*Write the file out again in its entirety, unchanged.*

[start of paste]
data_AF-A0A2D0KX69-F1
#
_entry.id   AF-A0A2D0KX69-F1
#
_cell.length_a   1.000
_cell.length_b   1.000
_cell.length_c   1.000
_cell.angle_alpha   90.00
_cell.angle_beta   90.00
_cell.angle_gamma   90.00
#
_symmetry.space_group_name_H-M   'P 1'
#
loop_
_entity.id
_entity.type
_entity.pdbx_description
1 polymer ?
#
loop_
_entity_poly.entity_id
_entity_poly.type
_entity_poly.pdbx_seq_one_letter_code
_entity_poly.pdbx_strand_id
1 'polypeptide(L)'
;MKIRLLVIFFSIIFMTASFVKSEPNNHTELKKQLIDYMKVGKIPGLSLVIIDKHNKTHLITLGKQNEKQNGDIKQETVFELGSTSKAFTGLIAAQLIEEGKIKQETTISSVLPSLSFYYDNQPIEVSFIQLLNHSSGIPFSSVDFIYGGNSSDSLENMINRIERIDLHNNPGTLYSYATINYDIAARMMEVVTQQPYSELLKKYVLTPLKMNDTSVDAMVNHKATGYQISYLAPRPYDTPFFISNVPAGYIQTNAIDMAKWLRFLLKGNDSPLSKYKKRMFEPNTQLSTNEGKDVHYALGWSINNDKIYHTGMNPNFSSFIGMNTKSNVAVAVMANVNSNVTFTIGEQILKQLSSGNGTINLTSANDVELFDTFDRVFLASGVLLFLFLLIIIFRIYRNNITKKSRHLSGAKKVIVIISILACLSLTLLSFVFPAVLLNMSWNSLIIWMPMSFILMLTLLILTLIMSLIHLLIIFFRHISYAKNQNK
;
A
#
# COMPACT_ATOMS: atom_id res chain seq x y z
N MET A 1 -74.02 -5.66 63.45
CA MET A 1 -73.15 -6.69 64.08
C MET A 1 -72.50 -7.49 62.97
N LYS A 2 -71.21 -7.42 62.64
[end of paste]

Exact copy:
data_AF-A0A2D0KX69-F1
#
_entry.id   AF-A0A2D0KX69-F1
#
_cell.length_a   1.000
_cell.length_b   1.000
_cell.length_c   1.000
_cell.angle_alpha   90.00
_cell.angle_beta   90.00
_cell.angle_gamma   90.00
#
_symmetry.space_group_name_H-M   'P 1'
#
loop_
_entity.id
_entity.type
_entity.pdbx_description
1 polymer ?
#
loop_
_entity_poly.entity_id
_entity_poly.type
_entity_poly.pdbx_seq_one_letter_code
_entity_poly.pdbx_strand_id
1 'polypeptide(L)'
;MKIRLLVIFFSIIFMTASFVKSEPNNHTELKKQLIDYMKVGKIPGLSLVIIDKHNKTHLITLGKQNEKQNGDIKQETVFELGSTSKAFTGLIAAQLIEEGKIKQETTISSVLPSLSFYYDNQPIEVSFIQLLNHSSGIPFSSVDFIYGGNSSDSLENMINRIERIDLHNNPGTLYSYATINYDIAARMMEVVTQQPYSELLKKYVLTPLKMNDTSVDAMVNHKATGYQISYLAPRPYDTPFFISNVPAGYIQTNAIDMAKWLRFLLKGNDSPLSKYKKRMFEPNTQLSTNEGKDVHYALGWSINNDKIYHTGMNPNFSSFIGMNTKSNVAVAVMANVNSNVTFTIGEQILKQLSSGNGTINLTSANDVELFDTFDRVFLASGVLLFLFLLIIIFRIYRNNITKKSRHLSGAKKVIVIISILACLSLTLLSFVFPAVLLNMSWNSLIIWMPMSFILMLTLLILTLIMSLIHLLIIFFRHISYAKNQNK
;
A
#
# COMPACT_ATOMS: atom_id res chain seq x y z
N MET A 1 -74.02 -5.66 63.45
CA MET A 1 -73.15 -6.69 64.08
C MET A 1 -72.50 -7.49 62.97
N LYS A 2 -71.21 -7.42 62.64